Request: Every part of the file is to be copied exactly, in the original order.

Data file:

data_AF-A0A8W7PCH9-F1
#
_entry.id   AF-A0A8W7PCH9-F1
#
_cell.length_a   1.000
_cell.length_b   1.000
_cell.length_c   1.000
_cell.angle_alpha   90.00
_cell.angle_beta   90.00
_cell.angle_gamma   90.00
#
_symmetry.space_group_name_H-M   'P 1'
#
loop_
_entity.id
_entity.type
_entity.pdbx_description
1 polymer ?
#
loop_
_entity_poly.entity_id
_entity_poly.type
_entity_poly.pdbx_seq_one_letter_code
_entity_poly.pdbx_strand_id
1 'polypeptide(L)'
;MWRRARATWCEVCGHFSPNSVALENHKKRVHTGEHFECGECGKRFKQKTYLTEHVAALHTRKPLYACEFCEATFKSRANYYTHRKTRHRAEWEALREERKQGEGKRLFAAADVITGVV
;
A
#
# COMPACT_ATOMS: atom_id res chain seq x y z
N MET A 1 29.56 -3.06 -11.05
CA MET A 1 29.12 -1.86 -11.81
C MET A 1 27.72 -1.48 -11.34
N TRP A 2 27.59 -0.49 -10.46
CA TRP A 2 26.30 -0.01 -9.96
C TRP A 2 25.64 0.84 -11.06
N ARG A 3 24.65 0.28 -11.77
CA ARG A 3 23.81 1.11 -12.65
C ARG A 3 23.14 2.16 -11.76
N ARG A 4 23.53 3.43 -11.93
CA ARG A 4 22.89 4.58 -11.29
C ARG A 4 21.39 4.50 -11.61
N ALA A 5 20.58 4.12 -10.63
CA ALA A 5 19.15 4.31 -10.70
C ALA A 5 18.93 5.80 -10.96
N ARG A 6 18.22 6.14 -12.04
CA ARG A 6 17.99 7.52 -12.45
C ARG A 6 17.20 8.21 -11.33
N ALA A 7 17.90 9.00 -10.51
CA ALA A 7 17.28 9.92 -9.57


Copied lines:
data_AF-A0A8W7PCH9-F1
#
_entry.id   AF-A0A8W7PCH9-F1
#
_cell.length_a   1.000
_cell.length_b   1.000
_cell.length_c   1.000
_cell.angle_alpha   90.00
_cell.angle_beta   90.00
_cell.angle_gamma   90.00
#
_symmetry.space_group_name_H-M   'P 1'
#
loop_
_entity.id
_entity.type
_entity.pdbx_description
1 polymer ?
#
loop_
_entity_poly.entity_id
_entity_poly.type
_entity_poly.pdbx_seq_one_letter_code
_entity_poly.pdbx_strand_id
1 'polypeptide(L)'
;MWRRARATWCEVCGHFSPNSVALENHKKRVHTGEHFECGECGKRFKQKTYLTEHVAALHTRKPLYACEFCEATFKSRANYYTHRKTRHRAEWEALREERKQGEGKRLFAAADVITGVV
;
A
#
# COMPACT_ATOMS: atom_id res chain seq x y z
N MET A 1 29.56 -3.06 -11.05
CA MET A 1 29.12 -1.86 -11.81
C MET A 1 27.72 -1.48 -11.34
N TRP A 2 27.59 -0.49 -10.46
CA TRP A 2 26.30 -0.01 -9.96
C TRP A 2 25.64 0.84 -11.06
N ARG A 3 24.65 0.28 -11.77
CA ARG A 3 23.81 1.11 -12.65
C ARG A 3 23.14 2.16 -11.76
N ARG A 4 23.53 3.43 -11.93
CA ARG A 4 22.89 4.58 -11.29
C ARG A 4 21.39 4.50 -11.61
N ALA A 5 20.58 4.12 -10.63
CA ALA A 5 19.15 4.31 -10.70
C ALA A 5 18.93 5.80 -10.96
N ARG A 6 18.22 6.14 -12.04
CA ARG A 6 17.99 7.52 -12.45
C ARG A 6 17.20 8.21 -11.33
N ALA A 7 17.90 9.00 -10.51
CA ALA A 7 17.28 9.92 -9.57